Such plugins normally have functionality for adding custom fields and custom taxonomies. Custom fields are important for displaying certain data properly in a template. You can see it in the example below.
And taxonomies are important for organizing such CPTs into specific categories or by custom tags.
There’s one more way to interconnect posts within one or many types other than taxonomies: Relations. They let the developer create an even more complex and flexible website structure, which is important for dynamic websites. Some powerful plugins have the functionality to interconnect not only posts but also taxonomies and users. Relations are based on the parent-child connection, and the trick is that you can retrieve children through parents and vice versa, as well as siblings.
A simple example of how the relation functionality works is a barbershop website that has two CPTs: barbers and services. Each barber provides only a few services out of the big list, and we want to display the list of them on the barber’s individual page. To do it, we set up a many-to-many relationship between the Barber and Service post types and then connect specific services to the barber who provides them. After that, we just display it dynamically on the barber’s page template.
Displaying dynamic content on the front end
The essential step here is to display all these structures and posts with their custom fields on the front end properly. WordPress uses custom queries for doing it; in simple terms, the instruction which particular fields to fetch from the database, so they would be displayed. After querying, it’s important to put them in the right place in a template and assign some styling, and then it will form a loop. For example, the Toolset plugin has an instrument called “Views,” and JetEngine has “Listings” for doing it.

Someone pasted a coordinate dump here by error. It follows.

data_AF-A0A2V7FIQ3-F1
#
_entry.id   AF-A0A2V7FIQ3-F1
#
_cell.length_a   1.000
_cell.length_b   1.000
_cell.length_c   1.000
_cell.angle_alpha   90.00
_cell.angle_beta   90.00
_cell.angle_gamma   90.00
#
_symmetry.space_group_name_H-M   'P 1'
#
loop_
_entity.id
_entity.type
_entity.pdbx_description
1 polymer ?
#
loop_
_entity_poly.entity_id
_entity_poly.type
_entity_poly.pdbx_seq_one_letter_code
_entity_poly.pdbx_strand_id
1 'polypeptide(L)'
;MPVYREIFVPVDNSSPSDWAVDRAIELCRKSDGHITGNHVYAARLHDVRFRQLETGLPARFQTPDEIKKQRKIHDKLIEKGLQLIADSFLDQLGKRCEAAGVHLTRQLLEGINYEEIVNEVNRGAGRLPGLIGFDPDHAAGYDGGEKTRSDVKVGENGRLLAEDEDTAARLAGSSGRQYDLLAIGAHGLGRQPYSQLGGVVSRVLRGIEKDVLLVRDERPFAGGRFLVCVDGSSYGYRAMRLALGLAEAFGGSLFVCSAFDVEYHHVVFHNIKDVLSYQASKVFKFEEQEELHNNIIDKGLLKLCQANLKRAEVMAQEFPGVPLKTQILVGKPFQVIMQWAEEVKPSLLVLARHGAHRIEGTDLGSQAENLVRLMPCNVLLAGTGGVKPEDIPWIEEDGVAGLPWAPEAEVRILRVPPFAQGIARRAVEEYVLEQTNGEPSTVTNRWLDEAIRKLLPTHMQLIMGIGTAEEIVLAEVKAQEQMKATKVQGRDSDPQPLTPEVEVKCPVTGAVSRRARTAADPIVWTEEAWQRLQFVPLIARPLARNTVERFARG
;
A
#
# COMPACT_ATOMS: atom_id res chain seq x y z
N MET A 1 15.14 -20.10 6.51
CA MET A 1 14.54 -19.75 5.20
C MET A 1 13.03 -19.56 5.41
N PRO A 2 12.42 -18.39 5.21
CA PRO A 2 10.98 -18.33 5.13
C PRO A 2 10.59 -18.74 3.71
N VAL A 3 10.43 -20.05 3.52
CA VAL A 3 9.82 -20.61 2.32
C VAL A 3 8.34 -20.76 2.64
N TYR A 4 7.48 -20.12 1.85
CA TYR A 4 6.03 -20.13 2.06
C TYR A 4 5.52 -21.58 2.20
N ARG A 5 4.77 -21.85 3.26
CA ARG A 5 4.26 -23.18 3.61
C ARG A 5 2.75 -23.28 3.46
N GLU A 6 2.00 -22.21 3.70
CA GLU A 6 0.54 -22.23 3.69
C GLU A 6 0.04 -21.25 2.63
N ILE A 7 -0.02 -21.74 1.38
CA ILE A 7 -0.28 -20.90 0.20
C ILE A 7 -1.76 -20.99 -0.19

Conditional logic and dynamic visibility
Dynamic visibility functionality is crucially important for a huge list of cases and website types. The obvious one is membership or online course websites, where some content is visible only to particular user roles.
It’s also important to show promotions only for a particular period of time or on certain days of the week, which can be easily covered by this functionality.
There also can be visibility conditions based on the other fields’ values. For example, if the toggle “I’m 21 or older,” the alcoholic beverages section becomes visible.
This is only the essential functionality that plugins for dynamic websites should provide, there are a lot more, and we will talk more about it in the next section.
Plugins for Complex Dynamic WordPress Websites
There are a few plugins that give a toolset for working with custom post types, fields, adding options pages, etc. – in other words, plugins using which you can work with dynamic content.
Some of them offer only basic functionality, for example, Custom Post Type UI that does exactly what the name suggests – a UI for creating and editing CPTs and nothing more. Or ACF, is very popular thanks to its long history, but it also works only with dynamic fields.
One of the few plugins that cover all you need for building a dynamic website is JetEngine, which, except for the functionality for CPTs and custom fields management, offers a lot of additional modules, such as a full-fledged REST API management, dynamic visibility, advanced query builder that can retrieve data even from the SQL tables directly.
It offers some additional powerful features, such as: